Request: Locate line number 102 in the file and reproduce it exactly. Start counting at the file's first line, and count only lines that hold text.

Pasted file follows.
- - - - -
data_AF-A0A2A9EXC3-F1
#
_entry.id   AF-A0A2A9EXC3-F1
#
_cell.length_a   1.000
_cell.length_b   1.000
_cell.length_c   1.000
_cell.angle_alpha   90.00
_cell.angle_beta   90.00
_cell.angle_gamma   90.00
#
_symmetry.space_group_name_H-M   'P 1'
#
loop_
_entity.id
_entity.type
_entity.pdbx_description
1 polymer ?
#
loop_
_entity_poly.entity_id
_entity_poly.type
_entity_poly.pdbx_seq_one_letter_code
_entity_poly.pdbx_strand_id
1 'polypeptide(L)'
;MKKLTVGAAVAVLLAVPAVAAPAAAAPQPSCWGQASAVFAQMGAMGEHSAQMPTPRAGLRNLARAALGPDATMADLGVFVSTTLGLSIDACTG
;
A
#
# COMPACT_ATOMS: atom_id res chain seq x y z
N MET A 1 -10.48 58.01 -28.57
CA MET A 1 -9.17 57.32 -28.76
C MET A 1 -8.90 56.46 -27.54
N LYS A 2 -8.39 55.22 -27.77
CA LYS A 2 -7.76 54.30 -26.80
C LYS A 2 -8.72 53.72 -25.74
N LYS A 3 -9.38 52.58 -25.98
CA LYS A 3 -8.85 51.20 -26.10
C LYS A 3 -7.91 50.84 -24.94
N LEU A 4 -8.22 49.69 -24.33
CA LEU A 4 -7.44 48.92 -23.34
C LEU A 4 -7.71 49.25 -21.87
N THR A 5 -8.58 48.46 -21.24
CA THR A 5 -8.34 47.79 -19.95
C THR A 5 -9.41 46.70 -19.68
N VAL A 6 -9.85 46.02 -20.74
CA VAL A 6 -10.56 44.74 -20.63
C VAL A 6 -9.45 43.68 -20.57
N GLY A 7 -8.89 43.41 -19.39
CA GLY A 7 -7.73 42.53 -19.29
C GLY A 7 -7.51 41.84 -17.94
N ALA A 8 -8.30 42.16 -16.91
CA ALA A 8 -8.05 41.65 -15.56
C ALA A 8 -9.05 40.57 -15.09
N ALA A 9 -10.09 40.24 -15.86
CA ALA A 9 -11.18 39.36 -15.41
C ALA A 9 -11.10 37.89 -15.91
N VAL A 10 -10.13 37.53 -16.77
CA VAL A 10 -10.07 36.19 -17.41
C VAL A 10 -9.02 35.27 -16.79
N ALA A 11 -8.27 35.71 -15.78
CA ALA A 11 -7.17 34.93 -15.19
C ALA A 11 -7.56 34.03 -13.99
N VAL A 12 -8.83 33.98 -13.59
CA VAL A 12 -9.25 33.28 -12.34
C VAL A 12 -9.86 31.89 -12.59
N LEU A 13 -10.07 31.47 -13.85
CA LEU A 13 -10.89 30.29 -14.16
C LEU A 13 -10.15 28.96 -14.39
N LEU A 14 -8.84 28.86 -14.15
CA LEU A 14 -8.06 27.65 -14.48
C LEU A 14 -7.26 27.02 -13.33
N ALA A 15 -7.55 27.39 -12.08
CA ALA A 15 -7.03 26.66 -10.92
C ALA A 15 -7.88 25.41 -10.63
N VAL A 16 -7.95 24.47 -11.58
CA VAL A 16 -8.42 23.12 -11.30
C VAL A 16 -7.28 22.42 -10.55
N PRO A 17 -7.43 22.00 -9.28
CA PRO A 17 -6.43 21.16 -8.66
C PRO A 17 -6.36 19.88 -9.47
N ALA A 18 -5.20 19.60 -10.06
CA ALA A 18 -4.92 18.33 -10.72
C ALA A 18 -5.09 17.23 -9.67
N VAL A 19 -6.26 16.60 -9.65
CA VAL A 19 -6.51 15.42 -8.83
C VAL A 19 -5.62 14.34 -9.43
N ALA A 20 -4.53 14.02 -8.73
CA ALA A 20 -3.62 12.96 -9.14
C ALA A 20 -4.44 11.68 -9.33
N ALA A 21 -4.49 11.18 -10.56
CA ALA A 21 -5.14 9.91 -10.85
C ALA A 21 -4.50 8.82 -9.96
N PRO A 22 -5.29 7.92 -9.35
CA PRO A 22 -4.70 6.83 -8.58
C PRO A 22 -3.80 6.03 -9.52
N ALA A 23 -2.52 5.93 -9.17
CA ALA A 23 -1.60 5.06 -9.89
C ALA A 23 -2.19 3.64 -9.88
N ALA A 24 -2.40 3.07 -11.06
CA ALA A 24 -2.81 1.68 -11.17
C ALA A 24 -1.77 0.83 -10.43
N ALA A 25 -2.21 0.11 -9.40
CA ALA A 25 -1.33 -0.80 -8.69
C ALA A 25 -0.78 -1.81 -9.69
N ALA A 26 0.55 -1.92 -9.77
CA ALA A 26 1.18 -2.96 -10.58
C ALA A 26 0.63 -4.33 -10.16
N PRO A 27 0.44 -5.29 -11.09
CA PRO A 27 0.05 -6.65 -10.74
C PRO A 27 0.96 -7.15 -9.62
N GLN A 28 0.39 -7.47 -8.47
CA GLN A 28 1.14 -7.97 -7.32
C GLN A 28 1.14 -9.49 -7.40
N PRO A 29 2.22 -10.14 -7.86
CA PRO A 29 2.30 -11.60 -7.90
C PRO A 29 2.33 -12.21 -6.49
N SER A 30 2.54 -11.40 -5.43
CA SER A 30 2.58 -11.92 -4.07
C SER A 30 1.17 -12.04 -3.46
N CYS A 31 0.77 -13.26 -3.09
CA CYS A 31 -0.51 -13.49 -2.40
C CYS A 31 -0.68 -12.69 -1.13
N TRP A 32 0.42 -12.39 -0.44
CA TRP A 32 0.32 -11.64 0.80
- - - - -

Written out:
C ALA A 24 -1.77 0.83 -10.43